Here’s something you can do to jump start your year, clear out your inbox and make better use of your time in the social space next year.

Start opting-out.

Take a few minutes to assess every piece of email you receive that comes from someone who promised to teach you how to become an internet marketing genius, double your number of Facebook fans, guarantee that you’ll get 15 retweets per day by following 8 simple rules or any other claim that simply did not deliver.

You’ve waited and waited for that one email that would give you the idea of a lifetime but it didn’t come. It probably isn’t coming. Perhaps you’ve received one valuable e-mail blast and the other 11 were crap. Why continue to reward this person with a personal invitation into your world? They wanted your email address for their own gain, not yours.  You gave them a chance and they didn’t meet your needs, so let them go. This is YOUR time we’re talking about here.

After my book was published earlier this year, I opted in to all kinds of emails from experts who knew how to get me super publicity. I dialed in to a few teleseminars and even participated in a webinar or two. It was all junk. Regurgitated junk and empty promises, week after week.  There was one gem though. A woman who offers great practical advice on book marketing. I was so impressed with her that I paid for one of her information products on how to get your book in libraries.  It cost $19 and I am happy to say that after following her advice to the letter, I did get my book in a few libraries and learned how to navigate the bureaucracy. That was worth it,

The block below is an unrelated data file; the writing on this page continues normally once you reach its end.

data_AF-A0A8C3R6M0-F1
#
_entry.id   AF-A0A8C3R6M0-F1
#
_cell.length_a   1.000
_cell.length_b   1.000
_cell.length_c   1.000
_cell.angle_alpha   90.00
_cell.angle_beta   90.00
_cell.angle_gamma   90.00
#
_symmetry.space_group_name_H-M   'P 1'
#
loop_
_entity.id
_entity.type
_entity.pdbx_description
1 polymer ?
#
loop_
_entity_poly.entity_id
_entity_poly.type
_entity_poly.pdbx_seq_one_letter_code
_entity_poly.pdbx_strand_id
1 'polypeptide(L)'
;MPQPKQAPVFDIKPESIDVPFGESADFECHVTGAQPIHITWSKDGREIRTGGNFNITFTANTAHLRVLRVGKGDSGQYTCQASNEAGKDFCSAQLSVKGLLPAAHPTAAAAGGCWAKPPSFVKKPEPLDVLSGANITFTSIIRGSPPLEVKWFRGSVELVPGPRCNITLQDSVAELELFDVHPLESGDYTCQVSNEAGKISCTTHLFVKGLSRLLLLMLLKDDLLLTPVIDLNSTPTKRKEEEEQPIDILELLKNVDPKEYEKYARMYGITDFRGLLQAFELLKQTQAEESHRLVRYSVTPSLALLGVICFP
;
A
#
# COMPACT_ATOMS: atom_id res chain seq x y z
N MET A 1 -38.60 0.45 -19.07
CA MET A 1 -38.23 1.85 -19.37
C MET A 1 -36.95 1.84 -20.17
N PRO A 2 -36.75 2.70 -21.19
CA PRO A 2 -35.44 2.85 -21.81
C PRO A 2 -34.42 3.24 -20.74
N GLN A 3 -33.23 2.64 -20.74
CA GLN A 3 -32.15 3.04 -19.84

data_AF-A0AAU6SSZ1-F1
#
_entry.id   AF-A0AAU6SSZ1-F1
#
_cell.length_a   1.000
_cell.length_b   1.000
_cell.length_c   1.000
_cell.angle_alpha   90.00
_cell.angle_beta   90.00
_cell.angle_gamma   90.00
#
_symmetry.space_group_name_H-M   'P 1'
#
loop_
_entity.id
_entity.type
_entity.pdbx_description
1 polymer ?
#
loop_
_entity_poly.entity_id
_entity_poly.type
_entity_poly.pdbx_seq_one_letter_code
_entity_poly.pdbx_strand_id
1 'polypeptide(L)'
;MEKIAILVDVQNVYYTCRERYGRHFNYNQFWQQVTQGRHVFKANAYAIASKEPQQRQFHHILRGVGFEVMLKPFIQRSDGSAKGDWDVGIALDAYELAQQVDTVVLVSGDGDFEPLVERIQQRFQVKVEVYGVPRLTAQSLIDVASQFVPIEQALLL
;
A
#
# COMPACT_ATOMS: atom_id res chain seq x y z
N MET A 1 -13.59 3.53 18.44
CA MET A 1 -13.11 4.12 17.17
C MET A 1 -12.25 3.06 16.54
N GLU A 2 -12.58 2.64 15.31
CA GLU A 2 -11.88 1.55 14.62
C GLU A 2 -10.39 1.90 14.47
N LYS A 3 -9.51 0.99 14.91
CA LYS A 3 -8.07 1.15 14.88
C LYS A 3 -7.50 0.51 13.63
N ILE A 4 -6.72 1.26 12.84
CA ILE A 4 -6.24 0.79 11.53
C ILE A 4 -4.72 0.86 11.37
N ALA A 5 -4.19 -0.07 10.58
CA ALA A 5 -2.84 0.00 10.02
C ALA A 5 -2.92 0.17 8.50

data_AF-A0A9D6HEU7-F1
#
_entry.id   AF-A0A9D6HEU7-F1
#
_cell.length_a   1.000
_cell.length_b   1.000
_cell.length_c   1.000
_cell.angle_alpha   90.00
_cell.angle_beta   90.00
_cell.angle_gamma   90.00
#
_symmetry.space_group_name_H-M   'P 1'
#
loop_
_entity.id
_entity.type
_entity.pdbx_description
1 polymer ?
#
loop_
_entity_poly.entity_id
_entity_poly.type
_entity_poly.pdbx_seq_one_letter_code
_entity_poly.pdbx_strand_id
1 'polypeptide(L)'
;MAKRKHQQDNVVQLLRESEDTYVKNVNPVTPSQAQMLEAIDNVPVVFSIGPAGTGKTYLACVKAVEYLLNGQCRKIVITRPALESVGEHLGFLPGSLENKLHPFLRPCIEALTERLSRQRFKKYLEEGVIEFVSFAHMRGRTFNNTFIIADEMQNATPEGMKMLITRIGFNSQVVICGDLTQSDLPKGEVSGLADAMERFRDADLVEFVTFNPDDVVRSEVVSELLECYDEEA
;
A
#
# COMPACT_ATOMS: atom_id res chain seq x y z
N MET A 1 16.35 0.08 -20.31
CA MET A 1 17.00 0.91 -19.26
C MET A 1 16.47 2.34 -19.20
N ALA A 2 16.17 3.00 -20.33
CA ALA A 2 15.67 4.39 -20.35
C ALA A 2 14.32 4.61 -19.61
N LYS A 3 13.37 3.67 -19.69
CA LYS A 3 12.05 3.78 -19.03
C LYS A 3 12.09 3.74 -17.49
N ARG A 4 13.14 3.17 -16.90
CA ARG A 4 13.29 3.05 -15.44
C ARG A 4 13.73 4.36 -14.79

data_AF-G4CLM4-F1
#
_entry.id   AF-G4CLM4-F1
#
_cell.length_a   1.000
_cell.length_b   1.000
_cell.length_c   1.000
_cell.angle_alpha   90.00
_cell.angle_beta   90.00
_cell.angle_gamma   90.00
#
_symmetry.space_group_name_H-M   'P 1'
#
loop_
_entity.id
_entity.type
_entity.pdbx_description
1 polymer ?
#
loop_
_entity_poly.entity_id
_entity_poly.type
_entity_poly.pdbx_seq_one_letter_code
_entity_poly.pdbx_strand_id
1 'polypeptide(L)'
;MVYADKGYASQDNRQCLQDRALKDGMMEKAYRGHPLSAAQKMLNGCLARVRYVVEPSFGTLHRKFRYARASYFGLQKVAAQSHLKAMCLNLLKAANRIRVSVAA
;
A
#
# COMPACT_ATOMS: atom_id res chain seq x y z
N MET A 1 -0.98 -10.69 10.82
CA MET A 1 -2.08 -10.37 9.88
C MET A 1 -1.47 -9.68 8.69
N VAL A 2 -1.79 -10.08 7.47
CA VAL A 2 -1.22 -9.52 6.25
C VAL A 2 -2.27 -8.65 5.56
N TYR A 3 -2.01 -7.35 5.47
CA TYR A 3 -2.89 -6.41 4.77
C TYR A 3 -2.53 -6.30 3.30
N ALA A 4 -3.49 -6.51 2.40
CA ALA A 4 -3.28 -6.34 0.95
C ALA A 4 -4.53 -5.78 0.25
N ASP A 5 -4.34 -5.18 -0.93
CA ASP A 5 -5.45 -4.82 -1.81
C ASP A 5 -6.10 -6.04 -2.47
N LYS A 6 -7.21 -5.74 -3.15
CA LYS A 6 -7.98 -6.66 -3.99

But back to the topic at hand….

Opt-out of communities that have turned into ghost-towns. If there is no community manager there contributing content, why should you? Stop subscribing to daily roundups of all 30 LinkedIn Groups you belong to. Choose the most relevant. Or at least make some weekly instead of daily. You’ve seen most of those article posts on Twitter anyway.

Close your twitter client sometimes. Yes they are time-savers, lifesavers and provide us with the elixir of connectedness, but taking a break is a good thing. If you’re monitoring brands as part of your job, I understand that this may not be possible, but try to remove yourself every once in a while.

If you don’t use Plaxo or any other number of seemingly dead-in-the-water social networks, close your account or at least stop the emails from flooding your box. Check your email settings on Facebook and stop the floodgate if it’s pulling you away from your daily work routine.

Don’t say yes to every social media related invitation. Look for value. If you don’t value your own time, how will others?

I know that much of this may seem anti-social but if you’ve been deep in the trenches for a while, you have some idea where you can make cuts.

Make 2010 the year you work smarter.  And stop trying to keep up with the geeks.